Benedictus [Benedict] Ducis (born c. 1490/1492, d. 1544) was a Flemish/German organist, composer, and Protestant minister, who is often called by his first name alone and must not be confounded with Benedlctus Appenzelders, a Swiss musician who lived in Belgium, but of later date and less genius. Born c. 1490/1492 near Konstanz, Germany, Benedictus was organist of the Lady Chapel in the cathedral at Antwerp, Belgium, and ‘Prince de la Gilde ‘ in the brotherhood of St. Luke in that city. He left Antwerp for London, England, in 1515, but his name does not appear in the lists of court musicians at that time, and no manuscript compositions of his have been found in that country. It appears that his residence in England must have been very short.
The elegy by Beneditus on the death of Josquin (1531), and another on the death of Erasmus (1536) fix two more dates in his life. After that no more is known of him. Beneditus was connected with the Reformation and became a minister at various churches in the Geislingen and Ulm regions. He served at Geislingen on the Steige and in 1532 at the hospital in Ulm. From 1533 to 1535 he provided the Ulm parish in Stubersheim, and from 1535 until his death the Evangelical Pfarramt Schalkstetten . Some German historians have claimed him as a countryman on the strength of the publication and dedication of a setting of the Odes of Horace published at Ulm in 1539, and dedicated to the youths of that city, maintaining that this proves his residence in that city.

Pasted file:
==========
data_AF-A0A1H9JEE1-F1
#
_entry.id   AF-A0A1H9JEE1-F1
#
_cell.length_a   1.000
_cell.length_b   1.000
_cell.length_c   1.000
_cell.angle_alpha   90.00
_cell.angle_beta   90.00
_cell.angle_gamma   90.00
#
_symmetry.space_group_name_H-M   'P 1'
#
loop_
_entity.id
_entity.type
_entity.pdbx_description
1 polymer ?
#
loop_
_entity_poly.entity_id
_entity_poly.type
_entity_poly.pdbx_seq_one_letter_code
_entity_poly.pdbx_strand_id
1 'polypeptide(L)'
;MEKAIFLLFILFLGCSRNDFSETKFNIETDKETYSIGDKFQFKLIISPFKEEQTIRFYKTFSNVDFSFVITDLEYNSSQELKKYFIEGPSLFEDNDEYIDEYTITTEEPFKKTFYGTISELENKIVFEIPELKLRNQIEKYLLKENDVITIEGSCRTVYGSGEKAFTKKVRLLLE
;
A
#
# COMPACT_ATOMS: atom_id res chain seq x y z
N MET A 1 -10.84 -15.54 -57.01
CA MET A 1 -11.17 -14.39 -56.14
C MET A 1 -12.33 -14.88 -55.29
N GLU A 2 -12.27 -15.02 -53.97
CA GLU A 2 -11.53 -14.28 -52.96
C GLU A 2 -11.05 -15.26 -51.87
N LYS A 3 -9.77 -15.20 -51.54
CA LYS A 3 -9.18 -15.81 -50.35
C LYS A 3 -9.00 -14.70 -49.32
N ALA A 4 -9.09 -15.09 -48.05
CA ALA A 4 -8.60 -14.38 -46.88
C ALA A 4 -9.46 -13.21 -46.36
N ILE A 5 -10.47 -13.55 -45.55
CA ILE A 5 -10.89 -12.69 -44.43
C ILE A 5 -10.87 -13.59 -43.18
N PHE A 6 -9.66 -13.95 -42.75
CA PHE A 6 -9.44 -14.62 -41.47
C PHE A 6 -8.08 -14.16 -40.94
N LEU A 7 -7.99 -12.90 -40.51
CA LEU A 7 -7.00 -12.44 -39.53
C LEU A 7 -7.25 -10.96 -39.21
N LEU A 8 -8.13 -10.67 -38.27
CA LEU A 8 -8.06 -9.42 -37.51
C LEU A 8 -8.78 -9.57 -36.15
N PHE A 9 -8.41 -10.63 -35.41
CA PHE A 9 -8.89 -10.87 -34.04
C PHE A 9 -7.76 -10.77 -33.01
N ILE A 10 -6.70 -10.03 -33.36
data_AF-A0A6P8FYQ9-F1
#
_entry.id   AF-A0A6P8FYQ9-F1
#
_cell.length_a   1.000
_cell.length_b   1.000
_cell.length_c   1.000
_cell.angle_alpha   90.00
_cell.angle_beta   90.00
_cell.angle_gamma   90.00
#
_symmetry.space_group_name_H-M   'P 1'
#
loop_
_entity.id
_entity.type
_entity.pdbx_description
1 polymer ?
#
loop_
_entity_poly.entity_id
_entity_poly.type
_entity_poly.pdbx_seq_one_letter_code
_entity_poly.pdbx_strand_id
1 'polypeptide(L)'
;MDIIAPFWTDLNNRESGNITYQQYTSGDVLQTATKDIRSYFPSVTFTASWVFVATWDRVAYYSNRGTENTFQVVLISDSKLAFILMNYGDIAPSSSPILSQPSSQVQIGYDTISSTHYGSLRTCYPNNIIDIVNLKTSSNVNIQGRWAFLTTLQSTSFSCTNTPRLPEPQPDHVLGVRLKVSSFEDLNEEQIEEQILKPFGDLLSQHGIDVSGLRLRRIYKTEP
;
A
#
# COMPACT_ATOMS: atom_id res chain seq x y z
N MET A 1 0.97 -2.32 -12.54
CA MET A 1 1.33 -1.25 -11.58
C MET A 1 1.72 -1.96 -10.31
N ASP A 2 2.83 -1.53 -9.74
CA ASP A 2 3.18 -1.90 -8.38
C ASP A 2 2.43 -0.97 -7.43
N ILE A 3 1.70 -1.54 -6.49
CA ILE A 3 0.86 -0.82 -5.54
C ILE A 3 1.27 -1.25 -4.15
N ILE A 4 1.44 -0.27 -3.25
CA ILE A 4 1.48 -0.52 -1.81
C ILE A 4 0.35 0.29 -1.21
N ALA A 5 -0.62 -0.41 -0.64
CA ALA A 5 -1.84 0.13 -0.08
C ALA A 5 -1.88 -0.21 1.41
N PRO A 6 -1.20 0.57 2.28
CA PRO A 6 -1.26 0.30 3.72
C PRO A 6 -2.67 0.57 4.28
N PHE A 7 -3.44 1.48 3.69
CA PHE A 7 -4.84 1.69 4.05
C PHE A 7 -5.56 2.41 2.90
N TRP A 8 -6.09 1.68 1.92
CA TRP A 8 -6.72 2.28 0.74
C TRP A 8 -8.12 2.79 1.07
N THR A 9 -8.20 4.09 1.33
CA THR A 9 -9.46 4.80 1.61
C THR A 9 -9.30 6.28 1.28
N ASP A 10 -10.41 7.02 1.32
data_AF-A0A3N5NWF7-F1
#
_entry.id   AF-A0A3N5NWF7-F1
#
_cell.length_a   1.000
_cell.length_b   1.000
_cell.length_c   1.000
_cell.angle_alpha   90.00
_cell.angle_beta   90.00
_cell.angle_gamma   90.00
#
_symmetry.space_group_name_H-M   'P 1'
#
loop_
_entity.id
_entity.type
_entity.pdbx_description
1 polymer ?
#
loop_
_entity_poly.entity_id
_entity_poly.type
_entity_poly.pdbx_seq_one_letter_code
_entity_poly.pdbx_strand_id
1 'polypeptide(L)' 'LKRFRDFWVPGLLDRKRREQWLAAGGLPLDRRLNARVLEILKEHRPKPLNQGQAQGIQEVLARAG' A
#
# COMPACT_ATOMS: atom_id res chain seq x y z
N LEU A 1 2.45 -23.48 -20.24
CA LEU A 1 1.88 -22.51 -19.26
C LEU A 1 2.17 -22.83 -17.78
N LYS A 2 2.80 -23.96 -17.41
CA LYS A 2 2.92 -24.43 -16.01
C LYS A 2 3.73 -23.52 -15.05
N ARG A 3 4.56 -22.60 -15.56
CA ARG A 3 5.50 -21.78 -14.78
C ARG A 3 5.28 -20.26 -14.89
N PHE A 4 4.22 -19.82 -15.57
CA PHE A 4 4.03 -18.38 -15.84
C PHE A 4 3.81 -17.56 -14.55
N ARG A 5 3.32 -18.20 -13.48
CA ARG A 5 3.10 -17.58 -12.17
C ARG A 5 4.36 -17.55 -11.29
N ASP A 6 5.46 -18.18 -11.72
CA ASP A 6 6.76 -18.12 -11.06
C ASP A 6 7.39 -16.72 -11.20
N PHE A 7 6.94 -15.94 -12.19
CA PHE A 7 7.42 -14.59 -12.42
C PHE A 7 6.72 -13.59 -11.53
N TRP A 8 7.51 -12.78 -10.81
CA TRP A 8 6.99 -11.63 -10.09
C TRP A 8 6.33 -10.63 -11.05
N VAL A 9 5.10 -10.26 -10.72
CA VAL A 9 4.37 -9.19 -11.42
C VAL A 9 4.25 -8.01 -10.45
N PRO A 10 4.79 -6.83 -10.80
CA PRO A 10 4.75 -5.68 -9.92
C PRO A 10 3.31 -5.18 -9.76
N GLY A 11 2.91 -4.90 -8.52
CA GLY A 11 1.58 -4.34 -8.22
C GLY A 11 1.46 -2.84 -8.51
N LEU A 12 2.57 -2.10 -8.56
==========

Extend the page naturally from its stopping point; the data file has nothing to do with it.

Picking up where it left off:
As a follower of the Reformation, Benedictus maintained close lifelong contact with the church and cultural life of Ulm. There are those who believe that the internal evidence of his compositions bears the decided Flemish character, and very closely approach the style of Josquin, while other experts say that his style is closer to that of Heinrich Isaac and Sixt Dietrich than that of Josquin Desprez, and his use of the cantus firmus is unusually free. Benedictus composed both fuller, florid Catholic church music as well as simpler chorale settings in the sense of Protestant thought published by Georg Rhau for Lutheran use. He died in 1544, near Ulm, Germany.
My collection includes the following work by Benedictus Ducis:
Au Wasserflussen Babylon (By the Waters of Babylon)